switchroute1

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Published on January 1, 2008

Author: Woofer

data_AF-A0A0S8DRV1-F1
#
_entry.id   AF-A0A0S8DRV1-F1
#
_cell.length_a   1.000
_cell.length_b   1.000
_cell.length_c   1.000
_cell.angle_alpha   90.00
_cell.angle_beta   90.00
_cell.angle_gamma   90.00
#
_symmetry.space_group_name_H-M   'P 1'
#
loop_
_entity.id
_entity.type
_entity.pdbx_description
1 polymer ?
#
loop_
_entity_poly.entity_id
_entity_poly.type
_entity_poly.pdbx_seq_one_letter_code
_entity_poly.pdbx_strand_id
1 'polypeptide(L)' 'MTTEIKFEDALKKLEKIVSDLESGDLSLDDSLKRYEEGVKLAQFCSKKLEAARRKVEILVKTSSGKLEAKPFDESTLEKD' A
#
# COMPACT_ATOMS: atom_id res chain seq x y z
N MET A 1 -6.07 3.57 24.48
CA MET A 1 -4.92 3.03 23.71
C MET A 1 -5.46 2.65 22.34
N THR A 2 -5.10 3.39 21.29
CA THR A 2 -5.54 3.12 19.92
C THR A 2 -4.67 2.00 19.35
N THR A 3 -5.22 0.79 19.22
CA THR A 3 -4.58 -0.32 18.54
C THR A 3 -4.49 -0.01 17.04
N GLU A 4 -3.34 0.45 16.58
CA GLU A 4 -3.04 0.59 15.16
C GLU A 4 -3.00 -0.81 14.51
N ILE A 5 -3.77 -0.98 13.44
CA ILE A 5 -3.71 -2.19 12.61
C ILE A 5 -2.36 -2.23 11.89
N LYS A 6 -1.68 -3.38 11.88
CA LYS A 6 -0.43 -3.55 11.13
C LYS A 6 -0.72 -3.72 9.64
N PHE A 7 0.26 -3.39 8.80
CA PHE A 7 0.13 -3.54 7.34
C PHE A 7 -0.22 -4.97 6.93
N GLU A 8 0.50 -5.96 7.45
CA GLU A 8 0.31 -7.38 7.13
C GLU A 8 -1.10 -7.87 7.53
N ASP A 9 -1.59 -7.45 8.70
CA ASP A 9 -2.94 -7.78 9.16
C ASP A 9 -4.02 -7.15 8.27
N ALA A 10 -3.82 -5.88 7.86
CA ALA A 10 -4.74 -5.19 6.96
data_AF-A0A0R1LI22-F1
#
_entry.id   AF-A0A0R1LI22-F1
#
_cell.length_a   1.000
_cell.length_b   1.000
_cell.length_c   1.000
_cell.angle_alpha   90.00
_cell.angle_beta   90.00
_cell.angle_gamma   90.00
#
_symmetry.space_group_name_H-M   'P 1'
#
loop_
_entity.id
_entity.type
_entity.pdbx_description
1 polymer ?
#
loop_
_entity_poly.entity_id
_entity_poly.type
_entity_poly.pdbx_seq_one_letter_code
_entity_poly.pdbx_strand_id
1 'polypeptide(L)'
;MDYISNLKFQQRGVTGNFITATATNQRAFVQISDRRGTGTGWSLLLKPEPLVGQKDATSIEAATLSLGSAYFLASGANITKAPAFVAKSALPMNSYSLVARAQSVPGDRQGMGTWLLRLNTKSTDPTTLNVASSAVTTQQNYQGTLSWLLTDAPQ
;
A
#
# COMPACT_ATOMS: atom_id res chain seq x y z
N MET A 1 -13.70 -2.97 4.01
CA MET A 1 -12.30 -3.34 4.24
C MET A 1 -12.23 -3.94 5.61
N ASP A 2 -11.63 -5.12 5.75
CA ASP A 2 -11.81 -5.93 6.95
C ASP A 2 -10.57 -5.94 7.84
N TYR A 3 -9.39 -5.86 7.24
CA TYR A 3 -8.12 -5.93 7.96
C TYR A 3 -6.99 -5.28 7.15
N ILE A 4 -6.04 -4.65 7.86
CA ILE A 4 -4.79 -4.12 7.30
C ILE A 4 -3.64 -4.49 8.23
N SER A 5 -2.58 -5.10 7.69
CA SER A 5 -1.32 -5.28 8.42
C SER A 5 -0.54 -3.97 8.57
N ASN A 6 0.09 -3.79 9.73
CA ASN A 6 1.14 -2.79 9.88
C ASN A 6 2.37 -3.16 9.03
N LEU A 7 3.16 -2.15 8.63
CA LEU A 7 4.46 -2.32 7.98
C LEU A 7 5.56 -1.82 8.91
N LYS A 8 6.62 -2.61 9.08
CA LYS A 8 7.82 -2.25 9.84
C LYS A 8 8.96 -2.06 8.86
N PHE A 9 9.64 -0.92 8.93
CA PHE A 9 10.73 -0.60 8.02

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Link Layer Switching:  Link Layer Switching Connecting local networks Bridges Repeaters, Hubs, Bridges, Switches, Routers, Gateways Virtual LANs Ethernet:  Ethernet 50  thick: 500 m 50  thinn: 185 m max 4 repeaters traffic on one segment means traffic on all other segments CSMA/CD (IEEE 802.3):  CSMA/CD (IEEE 802.3) A-MAC Phys. A B-MAC Phys. B C-MAC Phys. C Logical Link Control Physical Link Bridges:  Bridges Connection on link layer: forwarding based on MAC addresses self-learning bridges operation Advantages and limitations Spanning-tree bridges operation Advantages and limitations Self-learning Bridge:  Self-learning Bridge MAC_1 Phys_1 MAC_2 Phys_2 Forwarder Bridge routing table Network 1 Network 2 Self-learning Bridge:  Self-learning Bridge Driver interface 1 . Driver interfaec 3 . Driver interface 2 . LAN 1 LAN 2 LAN 3 Learning & routing Routing table MAC-adr . Interface . time Mac-1 - - - - - Mac-2 2 - - 3 - - - - - -   Self-learning Bridge:  Self-learning Bridge Extract Sender and receiver MAC-adresser Update interface # and timer New entry MAC-addr interface # and timer Start Sender known? Yes No Look up in Routing table Broadcast frame, except on receiving interface Put frame into correct outgoing queue End Learning phase Forwarding phase Look up in Routing table Link Layer Switching:  Link Layer Switching Multiple LANs connected by a backbone to handle a total load higher than the capacity of a single LAN. Bridge from 802.x to 802.y:  Bridge from 802.x to 802.y IEEE 802 frame formats Bridges from 802.x to 802.y:  Bridges from 802.x to 802.y Operation of a LAN bridge from 802.11 to 802.3. Local “Internetworking”:  Local “Internetworking” A configuration with four LANs and two bridges. Problem with standard bridge:  Problem with standard bridge Two parallel transparent bridges. Spanning tree:  Spanning tree Goal: each bridge should identify the interfaes for forwarding traffic Build a spanning tree From on root node Self-configuring To all nodes Only these interfaces in the spanning tree can forward traffic Provides the shortest path for all traffic Spanning Tree Algorithm:  Spanning Tree Algorithm Configuration phase: Each nodes sends out: Its own identity (ID) (MAC-address) ID to the root-bridge Number of hops to root-bridge In this way, building up a spanning tree, bridge with lowest ID become root node Start forwarding frames Spanning Tree Bridges:  Spanning Tree Bridges (a) Interconnected LANs. (b) A spanning tree covering the LANs. The dotted lines are not part of the spanning tree. Remote Bridges:  Remote Bridges Bridges can be used to connection physically distant local networks Repeaters, Hubs, Bridges, Switches, Routers and Gateways:  Repeaters, Hubs, Bridges, Switches, Routers and Gateways (a) Which device is in which layer. (b) Frames, packets, and headers. Hub (Nav):  Hub (Nav) < 100 m Transceiver Repeaters, Hubs, Bridges, Switches, Routers and Gateways:  Repeaters, Hubs, Bridges, Switches, Routers and Gateways (a) A hub. (b) A bridge. (c) a switch. Switched Ethernet:  Switched Ethernet 10, 100, 1000 Mb/s Switch: Switches on MAC-addr Buffers frames, therefor no collision Competition only for switch capacity Gigabit Ethernet:  Gigabit Ethernet Gigabit switch Switch Switch Working group 1 Working group 2 100/1000 100/1000 1000 Mb/s 100 Mb/s Virtual LANs:  Virtual LANs A building with centralized wiring using hubs and a switch. Virtual LANs (2):  Virtual LANs (2) (a) Four physical LANs organized into two VLANs, gray and white, by two bridges. (b) The same 15 machines organized into two VLANs by switches. The IEEE 802.1Q Standard:  The IEEE 802.1Q Standard Transition from legacy Ethernet to VLAN-aware Ethernet. The shaded symbols are VLAN aware. The empty ones are not. The IEEE 802.1Q Standard (2):  The IEEE 802.1Q Standard (2) The 802.3 (legacy) and 802.1Q Ethernet frame formats. Conclusion:  Conclusion Bridges: efficient connection alternative Limits/isolates collision domains Can be used for traffic isolation Do not consume IP addresses Switches: High use degree, no danger of collisions Used for establishing virtual LANs Routing and Packet Switching:  Routing and Packet Switching Goal Overview of how routing fits into the Internet architecture Principles for typical routing protocols Strengths and weaknesses Structure Primary tasks of the network layer Datagram and virtual line Some performance considerations Routing and forwarding Network layer:  Network layer Disk Disk Server Client link Tasks of the Network Layer:  Tasks of the Network Layer Responsible for end-to-end transport Addressing of machines Forwarding Connectionless datagram; no fixed path through the network Connection-oriented (e.g. MPLS or ATM) Three phases: connection establishment, data transmission, teardown Fixed path through the network Relatively reliable and ordered transmission Flow control Forwarding:  Forwarding R B A R LAN-A LAN-B Routing and lookup:  Routing and lookup Mail: griff@ifi.uio.no Name to address conversion: ifi.uio.no til IP address: 129.240.64.2 Find MAC-address to router and send packet(s) Forward through the network w.r.t. the network address Based on lookup in routing tables At the destination router Convert machines IP address to a MAC address Send packet to the receiving machine Place of Routing in the architecture:  Place of Routing in the architecture Structured Network dimensioning Where should lines be established? Capacity of lines Traffic directioning Mapping of connections down to paths through the net Routing to choose paths Routing of individual packets Best effort Routers choose the next hops separately for each packet Routing:  Routing Routing tables can be computed based on state information about the network Data exchanged between nodes: Between neighbour nodes (distance vector routing; RIP) Between all nodes in the network (link state routing; OSPF, IS-IS) Routing types:  Routing types Static vs. dynamic Dynamic with error handling, new links, changes of the load Centralized vs. distributed Distributed when routes are computed at all nodes Global vs. local topology knowledge Source routing vs. routing Kilde ruting vs. ruting In source routing the source chooses the routing In routing each router choose the next hop Routing Parameters:  Routing Parameters Performance parameters Number of hops Price Delay capacity Routing decisions made In each node (distributed) In a central node (routing center) At the sender (source routing) Sources of routing information None Local to the node Neighbour nodes Nodes along the path All nodes in the network Update interval Continously Periodic In case of large load variations In case of topology changes Routing hierarchy:  Routing hierarchy In large networks Hierarchically structured Link state Open Shortest Path (OSPF) Intermediate System to Intermediate System (IS-IS) On campus or in companies Distance vector, RIP Static routing Ad-hoc networks, stationary or mobile wireless networks Many different protocols depending on scenarios Router model:  Router model Forwarding process Pre- process In 1 2 3 1 2 3 Out e Principle structure of a router with three incoming and three outgoing connections Routing table Topology database Routing prosess Route computation   Routing alternatives:  Routing alternatives Flooding Static routing Adaptive routing should handle Loss of a link (error, e.g. cable is broken) Loss of a node (error, e.g. power loss, OS crash) High traffic load (persistant of transient congestion, bottleneck) Disadvantages Complex, distributed, and not always correct Adaptivity must be balanced against additional overhead Can lead to oscillations (route flapping) if reactions are too fast Can be unattractive if reactions are too slow Demands on a routing strategy:  Demands on a routing strategy Shall give correct routes Shall demand minimal load on nodes Shall be stable and converge quickly Fair towards different data streams Provide optimal routes Scale with the size of the network Size with the number of destinations Plug-and-play capabilities:  Plug-and-play capabilities Find neighbour nodes and routers Detect when neighbours go up and down Detect capacity of own links Send and receive topology information Send after timer or major changes to the network Distance vector characteristics:  Distance vector characteristics Nodes exchange a vector with their shortest distance to all destinations Periodic exchange Convergence is ensured Advantage Simple Disadvantages Vulnerable to errors Slow dissemination in case of problems Distance Vector:  Distance Vector A B C D E F 1 2 5 2 2 9 1 Distance vector Next node vector Dest. delay Next node A 0 - B 2 B C 5 C D 1 D E 6 C F 8 C Node A before change 5 3 Distance vector (2):  Distance vector (2) 2 3 1 0 3 2 3 0 2 2 0 1 1 3 3 D2 D3 D4 Dest. delay next node 1 0 - 2 2 2 3 3 4 4 1 4 5 2 4 6 4 4 Routing table in node 1 after 1 2 3 4 5 6 1 2 5 2 9 2 9 1 5 3 Min dkj = i  A dij + lki A is the set of all neighbour nodes of k Distance vector Send to node 1 Router model:  Router model Forwarding process Pre- process In 1 2 3 1 2 3 Out e Principle structure of a router with three incoming and three outgoing connections Routing table Topology database Routing prosess Route computation   Link state:  Link state Routing database Routing table Periodical and in case of changes Nodes flood their state onto the link to all other nodes At start, new nodes downlink the database from a neighbour Different kinds of link Point-to-point Point-to-multipoint Broadcast Each node calculates the best route to all other nodes Checkpoints Voting av entire database for link state at a sequence number LS routing protocol architecture:  LS routing protocol architecture change change Protocol for handling of changes Link state database Routing algorithm Routing table route lookup Flooding of link state:  Flooding of link state Statistically reliable Each node forwards on all interfaces All incoming link state packets If sequence number of large than earlier sequence numbers Will most probably reach all node in the network Content Sequence number Avoid broadcast storms Node ID of the source Topology Identify bi-directional links List of all direct neighbour nodes with a cost function Time-to-live Link state, LSA:  Link state, LSA A B C D E F A 2 5 1 B 2 2 C 5 D 1 2 9 E F Routin database i D Link state problems/strengths:  Link state problems/strengths Problems Selection of a node that reports for a shared medium Flooding does not scale for large networks Division into hierarchical networks to limit flooding Strengths All nodes have full topology knowledge Error have only local relevance Link state problem:  Link state problem area 1 area 2 a b We have two problems with the link state method Static cost factor Can be the source of congestion, all traffic is routing through a single link Oscillation effects in forwarding traffic At one point in time a is the preferred router between areas Then routing information is exchange New tables are computed and b becomes the preferred router Router and Routecenter:  Router and Routecenter Network with router center Routers do not have to participate in a routing protocol Routing center receives status reports from routers Transfers forwarding table to routers Connection-oriented forwarding:  Connection-oriented forwarding Establish a channel = a path through the network Examples ATM, MPLS, X.25 Explicit signalling Data-driven signalling Signalling protocol Routing protocol to choose the nodes that should form the path In each node establishing a forwarding table Incoming interface, channel – to outgoing interface, channel Virtual lines:  node x node y C 1 1 2 V.C. tables 1 2 3 4 1 2 1 2 2 a b c b V.C. tables c D A B a 1 ; c ; 3 2 ; c ; 4 b 1 ; c ; 2 2 ; c ; 1 1 ; b ; 2 2 ; b ; 1 3 ; a ; 1 4 ; a ; 2 c 1 ; a; 3 2 ; a; 4 1 ; a; 1 2 ; a; 2 1 ; b ; 1 2 ; b ; 2 3 ; c ; 1 4 ; c ; 2 c b a a   Virtual lines Dynamic cost in route computation:  Dynamic cost in route computation Adaptation of routes to load Move traffic to lines with lower load Main problem Delay between measurement and computation Delay between route computation and traffic arrival Fast variation in load Bad predictability Route flapping (oscillations) Overhead of exchanging the routing information Performance of the network:  Performance of the network Performance of the networks means capacity, delay, delay variation (jitter), and reliable Has several elements Transmission delay Sending delay Signal propagiation time Node delay Processing time Queueing time Measuring the link state:  Measuring the link state Topology example:  Topology example Shortest path tree for nodes:  Shortest path tree for nodes   Routing tables for shortest path trees:  Routing tables for shortest path trees Packet size and delay:  Packet size and delay Modified load variation:  Modified load variation   Timing in line and packet switching:  Timing in line and packet switching